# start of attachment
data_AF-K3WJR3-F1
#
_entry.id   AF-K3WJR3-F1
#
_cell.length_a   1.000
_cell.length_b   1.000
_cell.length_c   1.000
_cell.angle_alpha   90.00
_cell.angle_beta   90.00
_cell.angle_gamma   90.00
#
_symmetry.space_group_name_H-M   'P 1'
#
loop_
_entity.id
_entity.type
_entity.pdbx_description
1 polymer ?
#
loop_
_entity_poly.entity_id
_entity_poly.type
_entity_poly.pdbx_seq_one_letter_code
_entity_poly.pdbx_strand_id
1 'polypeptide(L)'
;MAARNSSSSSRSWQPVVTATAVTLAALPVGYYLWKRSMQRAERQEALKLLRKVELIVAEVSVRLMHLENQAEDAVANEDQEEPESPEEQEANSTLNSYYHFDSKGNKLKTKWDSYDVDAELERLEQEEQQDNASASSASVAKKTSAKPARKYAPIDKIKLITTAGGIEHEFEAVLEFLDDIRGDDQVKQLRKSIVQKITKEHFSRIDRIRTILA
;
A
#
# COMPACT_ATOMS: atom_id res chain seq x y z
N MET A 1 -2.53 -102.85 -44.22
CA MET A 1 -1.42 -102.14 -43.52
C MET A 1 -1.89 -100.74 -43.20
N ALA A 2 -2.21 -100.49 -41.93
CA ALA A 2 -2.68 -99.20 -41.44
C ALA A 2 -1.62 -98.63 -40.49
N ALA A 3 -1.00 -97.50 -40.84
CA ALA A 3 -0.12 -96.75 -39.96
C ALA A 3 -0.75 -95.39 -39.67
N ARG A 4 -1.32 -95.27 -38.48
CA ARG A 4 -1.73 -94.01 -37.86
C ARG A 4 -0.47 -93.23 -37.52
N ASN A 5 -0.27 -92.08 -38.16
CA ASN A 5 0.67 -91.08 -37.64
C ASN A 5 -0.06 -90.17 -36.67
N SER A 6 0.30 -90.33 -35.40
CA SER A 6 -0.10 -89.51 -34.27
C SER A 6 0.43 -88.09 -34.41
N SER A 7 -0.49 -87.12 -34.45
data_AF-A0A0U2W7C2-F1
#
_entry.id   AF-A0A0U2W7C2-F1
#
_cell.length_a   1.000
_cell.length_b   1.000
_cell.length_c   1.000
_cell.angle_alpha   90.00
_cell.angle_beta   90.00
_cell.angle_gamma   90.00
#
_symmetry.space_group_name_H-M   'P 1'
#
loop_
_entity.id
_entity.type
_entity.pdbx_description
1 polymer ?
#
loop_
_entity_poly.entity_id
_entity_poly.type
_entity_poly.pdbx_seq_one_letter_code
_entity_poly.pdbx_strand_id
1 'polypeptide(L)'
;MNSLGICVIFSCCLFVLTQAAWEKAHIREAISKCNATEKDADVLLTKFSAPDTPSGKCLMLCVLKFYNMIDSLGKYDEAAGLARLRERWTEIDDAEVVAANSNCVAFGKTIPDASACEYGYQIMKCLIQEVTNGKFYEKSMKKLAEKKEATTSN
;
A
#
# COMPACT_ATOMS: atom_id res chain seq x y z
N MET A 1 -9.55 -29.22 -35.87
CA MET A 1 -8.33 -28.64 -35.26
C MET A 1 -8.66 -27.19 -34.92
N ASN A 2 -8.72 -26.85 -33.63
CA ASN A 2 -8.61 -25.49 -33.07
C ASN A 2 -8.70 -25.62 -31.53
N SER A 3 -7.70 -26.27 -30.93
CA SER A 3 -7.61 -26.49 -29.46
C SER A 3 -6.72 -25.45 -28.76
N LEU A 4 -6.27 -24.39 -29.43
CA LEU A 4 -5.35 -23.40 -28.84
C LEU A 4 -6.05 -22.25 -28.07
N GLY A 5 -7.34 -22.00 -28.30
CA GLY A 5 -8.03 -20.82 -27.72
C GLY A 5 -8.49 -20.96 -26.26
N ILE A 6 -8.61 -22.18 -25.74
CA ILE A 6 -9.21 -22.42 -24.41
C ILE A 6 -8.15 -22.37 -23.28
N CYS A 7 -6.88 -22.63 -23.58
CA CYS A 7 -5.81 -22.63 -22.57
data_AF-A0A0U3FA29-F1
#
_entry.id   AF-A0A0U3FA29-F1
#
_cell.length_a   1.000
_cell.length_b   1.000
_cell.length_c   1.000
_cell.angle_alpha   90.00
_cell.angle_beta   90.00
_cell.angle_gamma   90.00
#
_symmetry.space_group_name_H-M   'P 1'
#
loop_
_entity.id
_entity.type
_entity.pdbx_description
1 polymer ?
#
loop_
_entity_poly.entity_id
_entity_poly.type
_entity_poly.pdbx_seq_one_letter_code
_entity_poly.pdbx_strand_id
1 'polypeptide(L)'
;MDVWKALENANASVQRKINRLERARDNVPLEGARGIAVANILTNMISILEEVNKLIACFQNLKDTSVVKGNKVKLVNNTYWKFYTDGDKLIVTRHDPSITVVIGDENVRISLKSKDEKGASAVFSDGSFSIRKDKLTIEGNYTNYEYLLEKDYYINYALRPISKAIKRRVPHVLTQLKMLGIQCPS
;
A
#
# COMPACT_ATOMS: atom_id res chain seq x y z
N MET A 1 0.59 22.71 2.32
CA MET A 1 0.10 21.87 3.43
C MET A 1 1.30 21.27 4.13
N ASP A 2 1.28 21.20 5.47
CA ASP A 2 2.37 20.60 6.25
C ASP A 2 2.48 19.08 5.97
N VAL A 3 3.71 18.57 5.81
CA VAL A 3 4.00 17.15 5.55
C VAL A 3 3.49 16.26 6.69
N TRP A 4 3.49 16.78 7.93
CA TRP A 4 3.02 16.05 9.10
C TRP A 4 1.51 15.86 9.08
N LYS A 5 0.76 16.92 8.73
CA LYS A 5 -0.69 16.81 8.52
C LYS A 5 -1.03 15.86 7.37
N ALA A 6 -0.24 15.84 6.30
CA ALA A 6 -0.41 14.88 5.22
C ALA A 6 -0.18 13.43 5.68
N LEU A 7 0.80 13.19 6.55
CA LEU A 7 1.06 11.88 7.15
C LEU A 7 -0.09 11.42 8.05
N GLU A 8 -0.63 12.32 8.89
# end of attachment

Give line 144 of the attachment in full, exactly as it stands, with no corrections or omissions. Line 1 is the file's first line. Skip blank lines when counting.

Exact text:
C LYS A 5 -1.03 15.86 7.37